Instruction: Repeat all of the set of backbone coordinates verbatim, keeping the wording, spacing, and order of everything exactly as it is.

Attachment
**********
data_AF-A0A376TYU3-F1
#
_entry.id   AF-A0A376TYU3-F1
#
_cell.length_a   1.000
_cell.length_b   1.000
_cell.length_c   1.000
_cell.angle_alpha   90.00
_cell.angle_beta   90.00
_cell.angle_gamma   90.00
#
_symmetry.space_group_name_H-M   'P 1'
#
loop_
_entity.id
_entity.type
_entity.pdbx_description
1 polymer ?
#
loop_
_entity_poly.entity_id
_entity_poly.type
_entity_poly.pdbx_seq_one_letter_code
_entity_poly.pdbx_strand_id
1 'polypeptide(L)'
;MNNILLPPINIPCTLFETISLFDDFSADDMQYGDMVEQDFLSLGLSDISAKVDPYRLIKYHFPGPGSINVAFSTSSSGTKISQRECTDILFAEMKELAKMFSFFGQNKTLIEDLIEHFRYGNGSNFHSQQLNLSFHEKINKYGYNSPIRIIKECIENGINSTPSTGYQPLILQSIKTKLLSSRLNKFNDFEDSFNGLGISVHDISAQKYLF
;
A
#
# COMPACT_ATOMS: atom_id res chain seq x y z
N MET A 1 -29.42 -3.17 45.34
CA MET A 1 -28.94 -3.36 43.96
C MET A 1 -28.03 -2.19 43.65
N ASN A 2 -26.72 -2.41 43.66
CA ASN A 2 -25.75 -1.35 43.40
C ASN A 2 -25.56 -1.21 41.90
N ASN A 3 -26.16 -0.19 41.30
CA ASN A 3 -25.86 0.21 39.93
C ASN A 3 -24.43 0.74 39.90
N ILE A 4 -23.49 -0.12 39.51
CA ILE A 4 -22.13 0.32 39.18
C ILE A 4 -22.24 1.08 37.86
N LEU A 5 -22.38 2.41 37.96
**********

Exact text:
data_AF-A0A376TYU3-F1
#
_entry.id   AF-A0A376TYU3-F1
#
_cell.length_a   1.000
_cell.length_b   1.000
_cell.length_c   1.000
_cell.angle_alpha   90.00
_cell.angle_beta   90.00
_cell.angle_gamma   90.00
#
_symmetry.space_group_name_H-M   'P 1'
#
loop_
_entity.id
_entity.type
_entity.pdbx_description
1 polymer ?
#
loop_
_entity_poly.entity_id
_entity_poly.type
_entity_poly.pdbx_seq_one_letter_code
_entity_poly.pdbx_strand_id
1 'polypeptide(L)'
;MNNILLPPINIPCTLFETISLFDDFSADDMQYGDMVEQDFLSLGLSDISAKVDPYRLIKYHFPGPGSINVAFSTSSSGTKISQRECTDILFAEMKELAKMFSFFGQNKTLIEDLIEHFRYGNGSNFHSQQLNLSFHEKINKYGYNSPIRIIKECIENGINSTPSTGYQPLILQSIKTKLLSSRLNKFNDFEDSFNGLGISVHDISAQKYLF
;
A
#
# COMPACT_ATOMS: atom_id res chain seq x y z
N MET A 1 -29.42 -3.17 45.34
CA MET A 1 -28.94 -3.36 43.96
C MET A 1 -28.03 -2.19 43.65
N ASN A 2 -26.72 -2.41 43.66
CA ASN A 2 -25.75 -1.35 43.40
C ASN A 2 -25.56 -1.21 41.90
N ASN A 3 -26.16 -0.19 41.30
CA ASN A 3 -25.86 0.21 39.93
C ASN A 3 -24.43 0.74 39.90
N ILE A 4 -23.49 -0.12 39.51
CA ILE A 4 -22.13 0.32 39.18
C ILE A 4 -22.24 1.08 37.86
N LEU A 5 -22.38 2.41 37.96